Asian man in a wheelchair at work

Abilities and Disabilities at Work

Michael Feeley
2 min readMar 14, 2022


RECENTLY PEOPLE HAVE approached me with questions about finding work when they see themselves as different, personally challenged with autism, ADHD, down syndrome, blindness, and other physical or emotional handicaps.

How people see abilities and disabilities in the workplace are fortunately changing and a question I’m thinking about and asking is:

How can you see a life limitation as a strength, an advantage, a gift to other people, and not as adversity or detrimental?

Diversity — Equity — Inclusion (DEI) is essential, especially as people seek work and ableism is opposed.

You see changes in advertising, modeling, TV, movies, companies, not for profits and much more.

If you Google “People with Autism,” you meet these people:

Dan Aykroyd

Susan Boyle

Albert Einstein

Temple Grandin

Daryl Hannah

Sir Anthony Hopkins

Heather Kuzmich

All of these people perform well at something with what might be seen as a limitation. No one is pointing fingers or shaming. Instead, these people’s courage, heart, and desire to use their lives and work to help others is awe-inspiring.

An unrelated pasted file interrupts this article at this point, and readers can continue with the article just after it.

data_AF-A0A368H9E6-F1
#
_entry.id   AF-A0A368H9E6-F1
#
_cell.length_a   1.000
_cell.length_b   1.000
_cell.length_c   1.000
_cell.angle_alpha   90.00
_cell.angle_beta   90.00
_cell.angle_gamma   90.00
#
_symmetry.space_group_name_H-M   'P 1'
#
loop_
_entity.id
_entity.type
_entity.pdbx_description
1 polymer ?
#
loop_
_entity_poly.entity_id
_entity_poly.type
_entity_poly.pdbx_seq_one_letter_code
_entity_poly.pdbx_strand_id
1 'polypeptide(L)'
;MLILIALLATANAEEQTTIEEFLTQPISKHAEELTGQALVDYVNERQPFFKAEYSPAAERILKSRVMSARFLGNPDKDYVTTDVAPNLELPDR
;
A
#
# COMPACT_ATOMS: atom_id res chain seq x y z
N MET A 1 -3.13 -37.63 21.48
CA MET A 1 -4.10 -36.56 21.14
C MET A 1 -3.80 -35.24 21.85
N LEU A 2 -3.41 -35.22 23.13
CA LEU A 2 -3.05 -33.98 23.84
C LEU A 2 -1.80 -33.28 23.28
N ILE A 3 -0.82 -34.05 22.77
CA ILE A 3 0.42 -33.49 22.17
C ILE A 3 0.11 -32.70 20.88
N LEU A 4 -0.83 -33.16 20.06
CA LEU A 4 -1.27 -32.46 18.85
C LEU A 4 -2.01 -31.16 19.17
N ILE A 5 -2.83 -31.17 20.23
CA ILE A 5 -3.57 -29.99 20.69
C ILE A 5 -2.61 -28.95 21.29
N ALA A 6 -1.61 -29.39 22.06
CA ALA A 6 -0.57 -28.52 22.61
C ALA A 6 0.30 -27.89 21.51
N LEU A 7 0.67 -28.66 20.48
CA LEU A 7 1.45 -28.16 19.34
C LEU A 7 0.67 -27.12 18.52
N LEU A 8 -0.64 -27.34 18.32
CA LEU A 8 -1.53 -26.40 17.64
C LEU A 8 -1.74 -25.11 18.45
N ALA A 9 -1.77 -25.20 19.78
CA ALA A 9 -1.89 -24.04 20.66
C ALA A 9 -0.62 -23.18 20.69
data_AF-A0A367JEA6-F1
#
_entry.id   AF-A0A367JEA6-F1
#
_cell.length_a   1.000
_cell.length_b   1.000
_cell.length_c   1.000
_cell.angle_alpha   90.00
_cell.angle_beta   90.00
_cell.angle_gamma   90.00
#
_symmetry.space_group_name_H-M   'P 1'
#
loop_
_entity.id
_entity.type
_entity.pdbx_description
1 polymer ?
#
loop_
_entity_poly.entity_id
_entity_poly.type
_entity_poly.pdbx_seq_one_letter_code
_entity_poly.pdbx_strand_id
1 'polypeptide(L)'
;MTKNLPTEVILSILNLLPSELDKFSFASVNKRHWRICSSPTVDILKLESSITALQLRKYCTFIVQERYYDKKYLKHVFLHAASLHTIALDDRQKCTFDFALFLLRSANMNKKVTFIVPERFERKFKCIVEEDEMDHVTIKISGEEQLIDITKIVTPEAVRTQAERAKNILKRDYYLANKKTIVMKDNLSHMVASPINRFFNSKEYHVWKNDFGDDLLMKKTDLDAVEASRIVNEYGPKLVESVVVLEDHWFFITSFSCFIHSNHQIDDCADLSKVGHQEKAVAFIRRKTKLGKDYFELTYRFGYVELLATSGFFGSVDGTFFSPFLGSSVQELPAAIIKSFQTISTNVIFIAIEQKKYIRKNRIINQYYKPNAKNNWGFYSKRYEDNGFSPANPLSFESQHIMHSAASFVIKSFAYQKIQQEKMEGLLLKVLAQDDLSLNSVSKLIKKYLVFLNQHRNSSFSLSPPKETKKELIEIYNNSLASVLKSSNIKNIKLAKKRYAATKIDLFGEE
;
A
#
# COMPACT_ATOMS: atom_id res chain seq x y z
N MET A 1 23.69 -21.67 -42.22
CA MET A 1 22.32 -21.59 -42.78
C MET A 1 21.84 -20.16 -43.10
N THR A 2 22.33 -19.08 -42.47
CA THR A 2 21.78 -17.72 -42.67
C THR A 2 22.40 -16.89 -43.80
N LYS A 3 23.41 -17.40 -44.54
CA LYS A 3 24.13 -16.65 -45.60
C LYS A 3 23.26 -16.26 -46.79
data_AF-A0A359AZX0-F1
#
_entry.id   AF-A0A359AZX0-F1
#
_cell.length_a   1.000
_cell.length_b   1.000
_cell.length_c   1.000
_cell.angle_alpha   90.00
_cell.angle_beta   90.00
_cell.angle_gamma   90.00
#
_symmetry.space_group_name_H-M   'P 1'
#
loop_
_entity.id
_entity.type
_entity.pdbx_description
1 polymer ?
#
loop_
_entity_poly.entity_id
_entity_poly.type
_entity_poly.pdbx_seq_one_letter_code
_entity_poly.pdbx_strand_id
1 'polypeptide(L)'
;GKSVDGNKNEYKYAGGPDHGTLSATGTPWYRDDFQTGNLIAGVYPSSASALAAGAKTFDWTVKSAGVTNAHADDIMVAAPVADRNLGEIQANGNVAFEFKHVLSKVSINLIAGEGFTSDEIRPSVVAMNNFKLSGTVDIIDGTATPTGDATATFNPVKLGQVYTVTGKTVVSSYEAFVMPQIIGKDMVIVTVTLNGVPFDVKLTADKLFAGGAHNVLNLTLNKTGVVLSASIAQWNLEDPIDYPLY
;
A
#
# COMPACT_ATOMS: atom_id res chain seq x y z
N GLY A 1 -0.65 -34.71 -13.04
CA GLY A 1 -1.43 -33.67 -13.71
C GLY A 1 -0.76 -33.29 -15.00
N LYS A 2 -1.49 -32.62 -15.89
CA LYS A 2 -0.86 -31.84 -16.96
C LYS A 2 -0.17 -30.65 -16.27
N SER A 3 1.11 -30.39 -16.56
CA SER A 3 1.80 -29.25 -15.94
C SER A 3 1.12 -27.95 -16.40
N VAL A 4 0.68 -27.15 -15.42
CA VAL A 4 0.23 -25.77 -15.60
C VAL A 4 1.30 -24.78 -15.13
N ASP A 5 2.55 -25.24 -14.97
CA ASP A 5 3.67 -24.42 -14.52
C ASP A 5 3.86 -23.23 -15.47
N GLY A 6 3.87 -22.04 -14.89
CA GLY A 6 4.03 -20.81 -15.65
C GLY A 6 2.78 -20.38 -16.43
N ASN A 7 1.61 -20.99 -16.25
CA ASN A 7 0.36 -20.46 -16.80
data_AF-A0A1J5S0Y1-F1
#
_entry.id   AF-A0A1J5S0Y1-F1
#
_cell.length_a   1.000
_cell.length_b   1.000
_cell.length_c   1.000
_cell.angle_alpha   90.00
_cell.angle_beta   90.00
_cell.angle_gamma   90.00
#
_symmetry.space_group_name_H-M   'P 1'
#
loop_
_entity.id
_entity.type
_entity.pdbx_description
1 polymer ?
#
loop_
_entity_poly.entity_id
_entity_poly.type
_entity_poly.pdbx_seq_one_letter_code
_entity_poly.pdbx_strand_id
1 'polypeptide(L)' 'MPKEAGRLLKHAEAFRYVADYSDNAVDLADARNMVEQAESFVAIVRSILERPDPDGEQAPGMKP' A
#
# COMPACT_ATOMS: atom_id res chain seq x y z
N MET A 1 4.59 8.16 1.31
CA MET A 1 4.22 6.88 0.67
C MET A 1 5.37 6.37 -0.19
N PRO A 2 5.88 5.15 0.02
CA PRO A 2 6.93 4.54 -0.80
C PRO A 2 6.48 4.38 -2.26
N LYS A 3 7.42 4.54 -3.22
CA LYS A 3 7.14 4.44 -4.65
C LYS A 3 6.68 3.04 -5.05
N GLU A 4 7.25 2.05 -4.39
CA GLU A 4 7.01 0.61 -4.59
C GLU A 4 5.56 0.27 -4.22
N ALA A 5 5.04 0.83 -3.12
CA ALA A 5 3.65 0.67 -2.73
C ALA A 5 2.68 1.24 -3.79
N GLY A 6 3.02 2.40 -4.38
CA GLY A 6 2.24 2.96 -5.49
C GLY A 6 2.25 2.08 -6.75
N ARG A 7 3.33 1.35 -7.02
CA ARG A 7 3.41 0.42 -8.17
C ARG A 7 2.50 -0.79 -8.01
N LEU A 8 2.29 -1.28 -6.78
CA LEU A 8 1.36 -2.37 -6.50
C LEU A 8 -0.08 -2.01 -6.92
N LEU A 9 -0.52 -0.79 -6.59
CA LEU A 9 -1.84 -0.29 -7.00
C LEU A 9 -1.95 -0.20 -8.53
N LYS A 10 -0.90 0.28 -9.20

How much does this open your eyes and encourage you to see people with disabilities differently?

We each have the choice and opportunity to change a mindset from shame to pride — disability to an asset — weakness to strength and pride.

Some people and companies care about what you can offer them as they put together a team of different people with valuable skills.

It takes work and time to find the right fit, and I believe we are all up to it.

Do the research. See what other people are doing, happy and prosperous working with life challenges, and be inspired.

You do not need to define yourself by disability.

You are not alone. Connection, collaboration and compassion are essential to living your best life with dignity.

Thanks — Michael (he, him)